The infrequency and indefinite nature of parliamentary sessions since the Sheraton Move last year has been a source of deep concern for the people.
In a democracy, Parliament is the key venue where the people’s elected representatives, ie MPs and state assembly members, meet to discuss the public grievances and concerns.
So the closure of Parliament over a long period and the all-too-brief sessions when Parliament is reconvened are a serious transgression of the people’s right to be heard. As a result, many serious concerns have had to be placed on the back burner.
The first parliamentary sitting for this year, which began on July 26, was much awaited by MPs and the people. Parliament was finally convened after much pressure from the politicians, civil society groups and even the Agong.
But what a let down it was. The emergency ordinances and the emergency proclamation were not tabled for discussion and voting in the august House.
Public disappointment did not end there. The session was abruptly adjourned on 29 July after the Agong rebuked the Perikatan Nasional government over its purported backdated ‘revocation’ of the emergency ordinances and the emergency proclamation.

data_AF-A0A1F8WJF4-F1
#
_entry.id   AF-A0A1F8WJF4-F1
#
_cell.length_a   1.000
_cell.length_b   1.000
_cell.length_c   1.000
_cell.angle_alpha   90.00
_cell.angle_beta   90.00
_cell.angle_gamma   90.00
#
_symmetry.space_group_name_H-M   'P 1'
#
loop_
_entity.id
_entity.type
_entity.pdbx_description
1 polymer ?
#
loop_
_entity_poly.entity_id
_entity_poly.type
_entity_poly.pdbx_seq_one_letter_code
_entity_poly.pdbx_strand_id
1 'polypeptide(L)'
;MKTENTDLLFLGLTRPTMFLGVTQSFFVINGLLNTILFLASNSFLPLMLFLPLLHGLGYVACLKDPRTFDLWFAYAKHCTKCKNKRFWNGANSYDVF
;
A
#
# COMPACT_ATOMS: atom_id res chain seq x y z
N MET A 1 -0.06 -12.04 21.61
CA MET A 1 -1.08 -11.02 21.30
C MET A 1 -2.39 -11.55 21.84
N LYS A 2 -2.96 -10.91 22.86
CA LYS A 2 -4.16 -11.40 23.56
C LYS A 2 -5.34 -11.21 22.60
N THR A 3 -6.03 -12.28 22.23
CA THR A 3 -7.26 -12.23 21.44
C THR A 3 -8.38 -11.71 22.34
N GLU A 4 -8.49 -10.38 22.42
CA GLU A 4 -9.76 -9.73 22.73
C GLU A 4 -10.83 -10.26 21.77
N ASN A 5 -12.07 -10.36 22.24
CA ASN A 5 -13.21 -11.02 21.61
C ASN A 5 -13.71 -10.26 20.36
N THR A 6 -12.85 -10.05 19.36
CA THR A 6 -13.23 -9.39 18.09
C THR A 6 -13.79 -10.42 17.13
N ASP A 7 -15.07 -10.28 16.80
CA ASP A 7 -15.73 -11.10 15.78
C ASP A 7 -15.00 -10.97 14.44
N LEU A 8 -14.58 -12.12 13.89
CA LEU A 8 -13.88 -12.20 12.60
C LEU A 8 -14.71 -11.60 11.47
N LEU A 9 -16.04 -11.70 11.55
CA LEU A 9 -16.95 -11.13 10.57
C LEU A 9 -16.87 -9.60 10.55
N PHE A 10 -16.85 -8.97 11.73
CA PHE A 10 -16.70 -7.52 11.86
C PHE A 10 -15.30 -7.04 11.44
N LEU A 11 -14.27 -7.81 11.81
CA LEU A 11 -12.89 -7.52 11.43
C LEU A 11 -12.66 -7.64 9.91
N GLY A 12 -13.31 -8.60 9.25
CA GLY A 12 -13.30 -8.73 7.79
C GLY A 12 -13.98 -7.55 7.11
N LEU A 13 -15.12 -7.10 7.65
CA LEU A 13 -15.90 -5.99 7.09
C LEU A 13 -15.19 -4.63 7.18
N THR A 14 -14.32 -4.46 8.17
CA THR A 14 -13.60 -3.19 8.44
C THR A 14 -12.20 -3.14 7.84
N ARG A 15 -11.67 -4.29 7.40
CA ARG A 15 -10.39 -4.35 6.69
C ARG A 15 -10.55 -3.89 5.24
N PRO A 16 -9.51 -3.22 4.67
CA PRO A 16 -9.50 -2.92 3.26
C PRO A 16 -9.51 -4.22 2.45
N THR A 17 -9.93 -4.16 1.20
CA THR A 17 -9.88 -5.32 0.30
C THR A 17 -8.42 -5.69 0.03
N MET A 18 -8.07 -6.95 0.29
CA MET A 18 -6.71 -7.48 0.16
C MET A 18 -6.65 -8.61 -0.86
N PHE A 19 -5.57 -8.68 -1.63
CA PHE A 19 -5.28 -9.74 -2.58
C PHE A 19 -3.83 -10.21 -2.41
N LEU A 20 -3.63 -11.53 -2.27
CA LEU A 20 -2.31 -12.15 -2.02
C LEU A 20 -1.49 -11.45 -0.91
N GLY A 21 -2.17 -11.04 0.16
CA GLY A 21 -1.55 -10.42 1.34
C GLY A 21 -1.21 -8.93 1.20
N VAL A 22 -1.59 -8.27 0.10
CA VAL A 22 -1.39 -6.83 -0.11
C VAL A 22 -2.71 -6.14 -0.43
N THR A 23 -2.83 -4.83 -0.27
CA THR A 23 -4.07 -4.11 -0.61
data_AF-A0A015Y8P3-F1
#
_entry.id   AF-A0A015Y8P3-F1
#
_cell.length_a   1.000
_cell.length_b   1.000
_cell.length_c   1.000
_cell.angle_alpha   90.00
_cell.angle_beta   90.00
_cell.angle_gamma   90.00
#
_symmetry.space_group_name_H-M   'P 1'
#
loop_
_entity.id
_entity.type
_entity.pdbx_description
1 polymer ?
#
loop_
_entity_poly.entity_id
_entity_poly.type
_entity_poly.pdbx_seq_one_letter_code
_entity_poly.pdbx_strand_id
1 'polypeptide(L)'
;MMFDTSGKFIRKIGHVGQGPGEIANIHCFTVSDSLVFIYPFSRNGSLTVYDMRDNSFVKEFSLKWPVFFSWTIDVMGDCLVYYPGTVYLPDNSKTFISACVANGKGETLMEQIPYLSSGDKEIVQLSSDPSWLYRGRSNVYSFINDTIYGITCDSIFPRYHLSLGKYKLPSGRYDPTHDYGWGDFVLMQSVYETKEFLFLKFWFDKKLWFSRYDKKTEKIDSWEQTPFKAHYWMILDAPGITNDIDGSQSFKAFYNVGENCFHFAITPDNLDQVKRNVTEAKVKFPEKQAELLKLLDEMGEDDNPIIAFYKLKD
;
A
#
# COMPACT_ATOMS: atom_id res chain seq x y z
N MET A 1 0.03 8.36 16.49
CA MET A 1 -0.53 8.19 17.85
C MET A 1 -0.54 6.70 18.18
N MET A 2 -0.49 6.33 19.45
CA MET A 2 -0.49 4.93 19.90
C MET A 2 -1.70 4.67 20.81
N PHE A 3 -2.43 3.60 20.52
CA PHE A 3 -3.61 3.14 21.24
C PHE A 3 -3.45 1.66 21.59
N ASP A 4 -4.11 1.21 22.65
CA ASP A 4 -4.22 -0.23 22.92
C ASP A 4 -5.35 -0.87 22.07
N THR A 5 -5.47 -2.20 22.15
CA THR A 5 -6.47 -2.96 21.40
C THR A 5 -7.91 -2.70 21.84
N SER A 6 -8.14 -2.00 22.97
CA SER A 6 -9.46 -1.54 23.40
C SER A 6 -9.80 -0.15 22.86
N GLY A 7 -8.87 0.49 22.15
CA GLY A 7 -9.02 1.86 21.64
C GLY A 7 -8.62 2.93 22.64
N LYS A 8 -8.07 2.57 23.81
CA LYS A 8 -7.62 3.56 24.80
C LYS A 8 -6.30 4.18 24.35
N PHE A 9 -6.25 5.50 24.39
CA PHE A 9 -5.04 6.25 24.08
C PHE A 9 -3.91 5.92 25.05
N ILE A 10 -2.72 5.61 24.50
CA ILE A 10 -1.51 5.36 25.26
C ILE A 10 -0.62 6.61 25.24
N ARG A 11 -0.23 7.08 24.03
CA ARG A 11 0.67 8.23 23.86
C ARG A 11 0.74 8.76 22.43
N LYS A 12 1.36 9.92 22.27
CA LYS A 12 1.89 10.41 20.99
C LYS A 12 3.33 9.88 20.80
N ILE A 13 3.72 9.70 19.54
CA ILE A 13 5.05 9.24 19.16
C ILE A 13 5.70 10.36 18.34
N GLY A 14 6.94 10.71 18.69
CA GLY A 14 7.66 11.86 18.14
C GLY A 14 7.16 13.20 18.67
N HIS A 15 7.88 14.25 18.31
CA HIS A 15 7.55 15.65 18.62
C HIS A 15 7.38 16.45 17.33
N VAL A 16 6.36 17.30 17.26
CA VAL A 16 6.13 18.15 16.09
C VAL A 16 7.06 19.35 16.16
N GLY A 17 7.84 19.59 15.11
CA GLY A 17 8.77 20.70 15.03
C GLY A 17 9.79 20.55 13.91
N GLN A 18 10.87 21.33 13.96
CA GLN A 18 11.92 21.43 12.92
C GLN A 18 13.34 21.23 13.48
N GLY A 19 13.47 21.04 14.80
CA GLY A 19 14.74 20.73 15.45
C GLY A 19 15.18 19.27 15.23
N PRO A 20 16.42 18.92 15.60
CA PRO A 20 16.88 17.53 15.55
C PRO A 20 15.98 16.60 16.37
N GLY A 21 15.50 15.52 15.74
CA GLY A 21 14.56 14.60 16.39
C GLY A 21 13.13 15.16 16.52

As if this was not enough, we are now told that tomorrow’s sitting has been deferred indefinitely. The reason given is spurious: several Parliament workers have been found to be Covid-positive. It is surely more than a a medical irony that Parliament was allowed to sit on 26 July when the percentage of positive cases in Parliament was 2.8%, but not allowed to do so tomorrow when the rate is only 0.9%.
Of course, this does not warrant a total shutting of Parliament as there are other options that could enable a sitting to continue if a full physical attendance is really impossible. A hybrid Parliament or completely virtual session would be a viable alternative, as many other nations have shown. So why is this not possible here?
Many have suggested that the delay in convening Parliament and the brief sessions are due to Prime Minister Mahiaddin Yasin’s fear of being defeated if a resolution or motion is put forward for voting. He seems more inclined to protect his political interests rather than caring for the welfare of those badly hit by the pandemic.
We resent the flippant way the Mahiaddin-led administration convenes and adjourns Parliament at its whims and fancies, apparently with its political fortunes in mind.
We call for a greater frequency in parliamentary sittings and for longer durations. The dates for these sittings should be fixed, and additional emergency sessions should be allowed if anything extraordinary happens.Aliran executive committee
1 August 2021